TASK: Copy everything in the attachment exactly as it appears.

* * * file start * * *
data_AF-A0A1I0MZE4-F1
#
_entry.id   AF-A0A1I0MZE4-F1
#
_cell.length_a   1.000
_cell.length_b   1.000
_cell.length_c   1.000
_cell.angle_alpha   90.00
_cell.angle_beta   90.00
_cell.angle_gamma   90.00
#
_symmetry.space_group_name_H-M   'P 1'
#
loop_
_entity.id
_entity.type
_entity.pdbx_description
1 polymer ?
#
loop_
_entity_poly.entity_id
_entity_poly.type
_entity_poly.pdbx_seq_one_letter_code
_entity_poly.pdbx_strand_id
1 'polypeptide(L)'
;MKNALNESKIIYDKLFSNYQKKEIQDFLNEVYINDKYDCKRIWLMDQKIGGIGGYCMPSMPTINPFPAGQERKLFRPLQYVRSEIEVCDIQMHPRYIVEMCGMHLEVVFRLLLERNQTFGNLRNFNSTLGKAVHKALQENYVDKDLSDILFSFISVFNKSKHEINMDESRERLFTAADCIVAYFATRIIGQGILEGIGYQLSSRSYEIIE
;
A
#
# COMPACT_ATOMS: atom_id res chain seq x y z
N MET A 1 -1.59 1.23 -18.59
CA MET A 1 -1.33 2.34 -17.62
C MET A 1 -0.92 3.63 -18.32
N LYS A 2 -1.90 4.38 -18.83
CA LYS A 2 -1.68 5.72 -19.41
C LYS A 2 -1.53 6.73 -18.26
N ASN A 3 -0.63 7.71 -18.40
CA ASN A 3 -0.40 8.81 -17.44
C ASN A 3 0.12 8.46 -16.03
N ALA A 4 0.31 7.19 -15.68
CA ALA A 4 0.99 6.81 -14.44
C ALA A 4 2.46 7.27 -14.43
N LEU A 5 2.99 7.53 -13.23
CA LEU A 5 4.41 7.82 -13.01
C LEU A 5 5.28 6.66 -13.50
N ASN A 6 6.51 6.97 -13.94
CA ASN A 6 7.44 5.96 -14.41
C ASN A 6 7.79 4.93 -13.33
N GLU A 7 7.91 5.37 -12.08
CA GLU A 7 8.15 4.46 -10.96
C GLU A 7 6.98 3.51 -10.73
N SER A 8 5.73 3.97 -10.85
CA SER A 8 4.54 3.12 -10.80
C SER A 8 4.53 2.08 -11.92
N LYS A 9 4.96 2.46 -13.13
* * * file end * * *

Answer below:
data_AF-A0A1I0MZE4-F1
#
_entry.id   AF-A0A1I0MZE4-F1
#
_cell.length_a   1.000
_cell.length_b   1.000
_cell.length_c   1.000
_cell.angle_alpha   90.00
_cell.angle_beta   90.00
_cell.angle_gamma   90.00
#
_symmetry.space_group_name_H-M   'P 1'
#
loop_
_entity.id
_entity.type
_entity.pdbx_description
1 polymer ?
#
loop_
_entity_poly.entity_id
_entity_poly.type
_entity_poly.pdbx_seq_one_letter_code
_entity_poly.pdbx_strand_id
1 'polypeptide(L)'
;MKNALNESKIIYDKLFSNYQKKEIQDFLNEVYINDKYDCKRIWLMDQKIGGIGGYCMPSMPTINPFPAGQERKLFRPLQYVRSEIEVCDIQMHPRYIVEMCGMHLEVVFRLLLERNQTFGNLRNFNSTLGKAVHKALQENYVDKDLSDILFSFISVFNKSKHEINMDESRERLFTAADCIVAYFATRIIGQGILEGIGYQLSSRSYEIIE
;
A
#
# COMPACT_ATOMS: atom_id res chain seq x y z
N MET A 1 -1.59 1.23 -18.59
CA MET A 1 -1.33 2.34 -17.62
C MET A 1 -0.92 3.63 -18.32
N LYS A 2 -1.90 4.38 -18.83
CA LYS A 2 -1.68 5.72 -19.41
C LYS A 2 -1.53 6.73 -18.26
N ASN A 3 -0.63 7.71 -18.40
CA ASN A 3 -0.40 8.81 -17.44
C ASN A 3 0.12 8.46 -16.03
N ALA A 4 0.31 7.19 -15.68
CA ALA A 4 0.99 6.81 -14.44
C ALA A 4 2.46 7.27 -14.43
N LEU A 5 2.99 7.53 -13.23
CA LEU A 5 4.41 7.82 -13.01
C LEU A 5 5.28 6.66 -13.50
N ASN A 6 6.51 6.97 -13.94
CA ASN A 6 7.44 5.96 -14.41
C ASN A 6 7.79 4.93 -13.33
N GLU A 7 7.91 5.37 -12.08
CA GLU A 7 8.15 4.46 -10.96
C GLU A 7 6.98 3.51 -10.73
N SER A 8 5.73 3.97 -10.85
CA SER A 8 4.54 3.12 -10.80
C SER A 8 4.53 2.08 -11.92
N LYS A 9 4.96 2.46 -13.13